Dallas Morning News Editorial: Hold up Hank Skinner Execution for DNA Tests
Please call Gov Rick Perry at (512) 463-2000 and urge him to stop the execution of Hank Skinner on March 24, 2010 by granting a 30-day stay of execution so that DNA evidence can be tested. Call anytime day or night and leave message on voice mail.
The state's determination to execute Hank Skinner tomorrow should make even death-penalty supporters go pale.
The Skinner case
The crime: Twila Busby, 40, was beaten to death in 1993, and her grown sons Elwin Caler and Randy Busby were stabbed to death, in her Pampa home.
Incrimination: Her boyfriend, Hank Skinner, 31, a petty criminal, had blood on his shirt the next morning and was charged with capital murder.
Defense: His attorneys said he had consumed too much alcohol and drugs to do the killings, and they pointed to another possible suspect.
Untested evidence: Appellate attorneys seek DNA tests on two knives found at the scene, a bloody dishtowel, hairs in Ms. Busby's hands, her fingernail clippings, a vaginal swab and a windbreaker jacket.
Key evidence in the 1993 murder case has never undergone DNA analysis. Skinner may be guilty of a bloody triple slaying in Pampa, but every sliver of doubt must be eliminated before the state exercises its life-or-death authority.
We trust that Gov. Rick Perryagrees with that, and we urge him to use the power of his office to postpone tomorrow's planned execution as insurance against miscarriage of justice. The TexasBoard of Pardons and Paroles decided against Skinner on Monday, which means a temporary reprieve by the governor may be the last chance to buy time to carry out critical forensic tests. State courts and the prosecution have thwarted proper DNA analysis, but Perry ought to send the message that Texas settles for nothing less than absolute certainty.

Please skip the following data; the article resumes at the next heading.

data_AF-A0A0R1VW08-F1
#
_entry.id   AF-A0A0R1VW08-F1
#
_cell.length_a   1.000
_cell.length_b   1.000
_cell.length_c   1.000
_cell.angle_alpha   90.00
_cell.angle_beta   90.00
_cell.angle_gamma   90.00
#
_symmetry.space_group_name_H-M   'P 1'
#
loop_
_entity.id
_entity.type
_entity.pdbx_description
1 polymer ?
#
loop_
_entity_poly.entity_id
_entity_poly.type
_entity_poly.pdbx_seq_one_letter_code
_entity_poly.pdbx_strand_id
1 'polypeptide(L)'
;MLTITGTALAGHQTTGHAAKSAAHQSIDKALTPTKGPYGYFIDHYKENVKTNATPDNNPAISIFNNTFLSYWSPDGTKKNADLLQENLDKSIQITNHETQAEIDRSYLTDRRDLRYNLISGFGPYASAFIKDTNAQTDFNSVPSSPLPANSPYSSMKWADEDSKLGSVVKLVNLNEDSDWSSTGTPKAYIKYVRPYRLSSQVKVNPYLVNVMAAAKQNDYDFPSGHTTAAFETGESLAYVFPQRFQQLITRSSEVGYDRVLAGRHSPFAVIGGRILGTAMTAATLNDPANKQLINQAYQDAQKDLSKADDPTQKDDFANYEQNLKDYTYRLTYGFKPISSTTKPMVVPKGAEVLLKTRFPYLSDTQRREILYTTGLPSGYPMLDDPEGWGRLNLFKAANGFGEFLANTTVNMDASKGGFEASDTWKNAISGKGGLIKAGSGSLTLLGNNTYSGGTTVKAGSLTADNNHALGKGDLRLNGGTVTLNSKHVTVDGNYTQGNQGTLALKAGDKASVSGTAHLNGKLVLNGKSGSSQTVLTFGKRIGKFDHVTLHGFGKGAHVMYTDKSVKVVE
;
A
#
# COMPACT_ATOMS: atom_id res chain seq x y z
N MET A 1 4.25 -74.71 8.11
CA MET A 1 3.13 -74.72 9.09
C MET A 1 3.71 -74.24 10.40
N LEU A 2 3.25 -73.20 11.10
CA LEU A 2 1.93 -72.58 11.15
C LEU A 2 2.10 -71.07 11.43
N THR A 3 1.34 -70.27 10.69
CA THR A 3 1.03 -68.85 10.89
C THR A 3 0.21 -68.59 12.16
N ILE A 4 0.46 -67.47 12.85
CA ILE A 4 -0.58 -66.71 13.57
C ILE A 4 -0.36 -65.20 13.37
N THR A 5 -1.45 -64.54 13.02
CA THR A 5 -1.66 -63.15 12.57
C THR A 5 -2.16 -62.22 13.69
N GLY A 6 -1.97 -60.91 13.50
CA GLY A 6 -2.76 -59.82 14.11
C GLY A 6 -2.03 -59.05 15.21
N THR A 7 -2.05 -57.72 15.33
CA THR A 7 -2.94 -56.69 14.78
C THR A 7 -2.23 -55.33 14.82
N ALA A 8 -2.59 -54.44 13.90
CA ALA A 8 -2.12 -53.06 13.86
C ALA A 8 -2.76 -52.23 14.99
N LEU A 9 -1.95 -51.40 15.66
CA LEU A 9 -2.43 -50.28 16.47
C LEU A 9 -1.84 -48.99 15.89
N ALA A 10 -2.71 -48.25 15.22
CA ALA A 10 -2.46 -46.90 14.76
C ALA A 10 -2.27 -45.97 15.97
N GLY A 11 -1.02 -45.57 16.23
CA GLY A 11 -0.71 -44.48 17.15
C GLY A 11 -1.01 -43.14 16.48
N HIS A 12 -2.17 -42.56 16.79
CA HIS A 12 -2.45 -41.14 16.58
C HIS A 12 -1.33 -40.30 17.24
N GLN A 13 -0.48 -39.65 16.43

If Perry is concerned about appearing soft on crime during his re-election campaign, he could cite the example of his immediate predecessor.
It was June 2000, and Gov. George W. Bushwas running for president. The national media and legal community were watching intently how he handled the case of death-row inmate Ricky McGinn, facing execution in the rape and murder of his stepdaughter in Brown County. McGinn, too, sought forensic tests on evidence in the case, and Bush granted a last-hour reprieve to allow for DNA analysis that was unavailable at the time of trial.
Bush said about his decision: "Any time DNA evidence can be used in its context and be relevant as to the guilt or innocence of a person on death row, we need to use it."
As it turned out, test results backed up prosecutors in the McGinn case. Less than four months later, McGinn went to the death chamber with no questions of innocence hovering.
The Skinner appeal is more complicated; it involves credible charges of falsified trial testimony as well as post-trial evidence that allegedly points to a different suspect, a relative of the victim with a history of violence.
What's more, there was no DNA testing of a long list of physical evidence, including hair found in the one of the victim's hands and fingernail clippings, which could point to the identity of the killer.
Any responsible person asked to pass judgment on Skinner's role in the slayings would want to see the results of tests on these items. Justice for the victims demands it as well.
The governor stands with the majority of Texans in support of the death penalty, a position this newspaper does not share. We think a fallible justice system should not be in the business of extinguishing life.
Despite that difference in philosophy, there must be common ground in one regard: The finality of Texas justice should be airtight.